Obama at Hiroshima
President Obama’s scheduled May 27 visit to Hiroshima, Japan underscores the fading memory of history by successive generations. As decades pass, new political filters erase and attempt to rewrite the realities and suffering we experienced from Japan’s treachery in World War II. There’s a strong whiff in recent media stories of White House appeasement, seeking to convince us that Obama’s Hiroshima visit is not what it is.
Be assured, however, the ceremonial-inclined Japanese will view the visit as an apology. And if so, it is an unsettling abandonment of the precious U.S. lives lost and risked to protect this country from ruthless Japanese aggression during WWII. My generation cannot ignore the costs in American – and Japanese – lives had the atomic bomb not been used to end the war. The alternative, an invasion of Japan, would have meant millions more American and Japanese casualties, far more than were killed by the atomic bomb, and a much longer war.
An apology is inconceivable knowing that Emperor Hirohito had given orders to all Japanese military and civilians to fight to the death. An invasion of the Japanese homeland would have meant up to 4 million additional American and 10 million Japanese casualties, rates based on the actual American casualties in the war to date. Japan’s frenzied kamikaze attacks made it clear the emperor’s orders would have been followed. After the atomic bombs were dropped, Hirohito ordered all resistance to stop and voided the “fight to the death” order, preventing the combined casualty estimates as high as 14 million. Our brave decisions and actions saved millions of lives, both American and Japanese.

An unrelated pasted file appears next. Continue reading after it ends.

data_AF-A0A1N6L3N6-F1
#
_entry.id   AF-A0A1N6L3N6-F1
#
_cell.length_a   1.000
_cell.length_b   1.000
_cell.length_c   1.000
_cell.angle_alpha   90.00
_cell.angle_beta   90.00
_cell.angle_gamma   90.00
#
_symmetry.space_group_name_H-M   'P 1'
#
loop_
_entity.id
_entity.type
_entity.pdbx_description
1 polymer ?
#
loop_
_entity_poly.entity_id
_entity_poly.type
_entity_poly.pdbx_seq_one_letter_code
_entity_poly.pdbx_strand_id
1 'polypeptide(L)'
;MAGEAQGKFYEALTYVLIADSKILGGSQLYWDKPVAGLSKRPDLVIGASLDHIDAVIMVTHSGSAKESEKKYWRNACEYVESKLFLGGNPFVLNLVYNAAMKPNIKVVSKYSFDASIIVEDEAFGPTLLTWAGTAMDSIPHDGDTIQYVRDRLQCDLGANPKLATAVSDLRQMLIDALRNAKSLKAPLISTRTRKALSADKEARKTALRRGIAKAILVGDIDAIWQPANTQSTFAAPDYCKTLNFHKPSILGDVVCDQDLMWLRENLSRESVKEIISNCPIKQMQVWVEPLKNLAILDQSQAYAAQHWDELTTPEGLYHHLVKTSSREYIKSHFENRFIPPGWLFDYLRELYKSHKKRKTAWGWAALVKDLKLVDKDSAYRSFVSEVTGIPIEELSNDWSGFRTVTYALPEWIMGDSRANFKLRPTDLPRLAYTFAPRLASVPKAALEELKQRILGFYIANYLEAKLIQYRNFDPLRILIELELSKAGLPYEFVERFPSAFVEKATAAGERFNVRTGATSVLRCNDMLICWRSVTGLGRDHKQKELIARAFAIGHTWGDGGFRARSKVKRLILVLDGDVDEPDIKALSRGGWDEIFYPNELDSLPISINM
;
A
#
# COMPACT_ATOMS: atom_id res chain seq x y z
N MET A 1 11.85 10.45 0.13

Also forgotten are other truths about Japan at the time: a brutal invasion of Manchuria; the infamous rape of Nanking; the sneak attack on Pearl Harbor; the Bataan death march; the torture, starvation, and mass killings of prisoners of war; the use of Korean women as sex slaves; and the use of American prisoners of war for testing biological weapons.
More appropriate would be an official visit by the Japanese emperor and prime minister, not to apologize for starting the war (an apology they have already made), but to apologize for their WWII atrocities, to thank the U.S. for preventing even greater war casualties; to give thanks for America’s civil treatment of Japanese POWs; and, especially, to thank the U.S. for our uncommonly generous postwar investment and rebuilding of their country, turning it into a democracy and economic powerhouse as one of the world’s strongest economies.